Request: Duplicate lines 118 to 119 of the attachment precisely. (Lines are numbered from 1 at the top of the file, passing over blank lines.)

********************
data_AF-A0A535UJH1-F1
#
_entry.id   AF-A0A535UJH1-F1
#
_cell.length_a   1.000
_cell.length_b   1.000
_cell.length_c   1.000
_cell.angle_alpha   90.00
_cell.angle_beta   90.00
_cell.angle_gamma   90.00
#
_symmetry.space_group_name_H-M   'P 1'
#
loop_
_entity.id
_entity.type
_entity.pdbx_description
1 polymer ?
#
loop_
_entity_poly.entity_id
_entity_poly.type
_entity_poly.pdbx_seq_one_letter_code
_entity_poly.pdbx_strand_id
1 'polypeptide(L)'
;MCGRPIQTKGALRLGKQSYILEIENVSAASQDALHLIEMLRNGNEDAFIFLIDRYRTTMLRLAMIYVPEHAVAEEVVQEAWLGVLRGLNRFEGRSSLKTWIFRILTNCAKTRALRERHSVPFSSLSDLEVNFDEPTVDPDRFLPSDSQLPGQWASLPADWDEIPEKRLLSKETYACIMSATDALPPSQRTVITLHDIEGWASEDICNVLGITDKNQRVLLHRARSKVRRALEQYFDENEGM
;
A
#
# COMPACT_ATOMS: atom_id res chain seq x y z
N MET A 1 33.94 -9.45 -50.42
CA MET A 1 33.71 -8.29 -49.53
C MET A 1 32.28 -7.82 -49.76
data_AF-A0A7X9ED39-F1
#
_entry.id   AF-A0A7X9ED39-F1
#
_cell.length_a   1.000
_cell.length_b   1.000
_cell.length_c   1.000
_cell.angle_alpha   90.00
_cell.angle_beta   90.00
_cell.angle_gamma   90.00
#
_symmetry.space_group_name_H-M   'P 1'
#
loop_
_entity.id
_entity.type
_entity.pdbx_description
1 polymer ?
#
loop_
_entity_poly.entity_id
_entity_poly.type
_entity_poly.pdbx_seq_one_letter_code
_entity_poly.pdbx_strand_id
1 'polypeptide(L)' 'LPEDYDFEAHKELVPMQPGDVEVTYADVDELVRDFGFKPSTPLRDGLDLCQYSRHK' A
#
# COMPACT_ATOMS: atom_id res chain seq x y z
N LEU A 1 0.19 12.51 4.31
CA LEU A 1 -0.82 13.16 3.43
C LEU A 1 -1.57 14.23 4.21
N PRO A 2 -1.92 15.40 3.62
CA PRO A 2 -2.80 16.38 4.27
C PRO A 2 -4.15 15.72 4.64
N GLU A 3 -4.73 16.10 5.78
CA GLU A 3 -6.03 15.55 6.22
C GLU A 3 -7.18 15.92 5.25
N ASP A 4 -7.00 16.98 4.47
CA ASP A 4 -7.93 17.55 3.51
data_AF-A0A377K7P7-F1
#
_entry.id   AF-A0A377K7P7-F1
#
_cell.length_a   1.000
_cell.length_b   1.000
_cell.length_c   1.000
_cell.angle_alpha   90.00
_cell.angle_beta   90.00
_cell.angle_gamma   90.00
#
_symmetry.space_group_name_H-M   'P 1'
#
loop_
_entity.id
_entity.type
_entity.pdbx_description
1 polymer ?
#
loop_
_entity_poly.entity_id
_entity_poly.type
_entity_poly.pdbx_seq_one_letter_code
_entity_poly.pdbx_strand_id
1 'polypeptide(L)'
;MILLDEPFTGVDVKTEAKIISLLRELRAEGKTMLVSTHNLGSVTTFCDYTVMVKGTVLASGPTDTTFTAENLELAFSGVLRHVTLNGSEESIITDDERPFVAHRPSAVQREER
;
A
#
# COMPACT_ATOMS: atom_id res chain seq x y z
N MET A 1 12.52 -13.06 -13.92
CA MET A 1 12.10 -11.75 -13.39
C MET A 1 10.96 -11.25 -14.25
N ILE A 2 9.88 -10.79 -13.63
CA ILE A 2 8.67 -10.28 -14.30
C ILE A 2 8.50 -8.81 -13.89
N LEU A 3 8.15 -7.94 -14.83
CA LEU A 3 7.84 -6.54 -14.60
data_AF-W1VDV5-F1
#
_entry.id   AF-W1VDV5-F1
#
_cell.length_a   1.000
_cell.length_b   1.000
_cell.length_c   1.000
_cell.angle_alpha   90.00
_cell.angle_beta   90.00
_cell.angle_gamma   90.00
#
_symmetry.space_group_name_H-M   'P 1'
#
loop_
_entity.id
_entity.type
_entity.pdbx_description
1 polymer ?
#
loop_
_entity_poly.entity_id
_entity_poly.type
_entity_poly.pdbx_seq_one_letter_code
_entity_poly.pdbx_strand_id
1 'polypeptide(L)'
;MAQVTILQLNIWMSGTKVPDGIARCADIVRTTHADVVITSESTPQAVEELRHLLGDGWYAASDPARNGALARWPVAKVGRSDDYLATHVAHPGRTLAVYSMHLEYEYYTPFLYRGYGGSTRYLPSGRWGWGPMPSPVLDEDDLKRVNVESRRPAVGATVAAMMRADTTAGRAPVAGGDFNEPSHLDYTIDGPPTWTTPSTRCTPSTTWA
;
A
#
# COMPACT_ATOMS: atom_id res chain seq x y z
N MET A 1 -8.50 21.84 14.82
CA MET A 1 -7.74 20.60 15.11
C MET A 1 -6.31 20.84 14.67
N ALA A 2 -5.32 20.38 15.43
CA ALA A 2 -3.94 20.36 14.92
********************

_cell.angle_beta   90.00
_cell.angle_gamma   90.00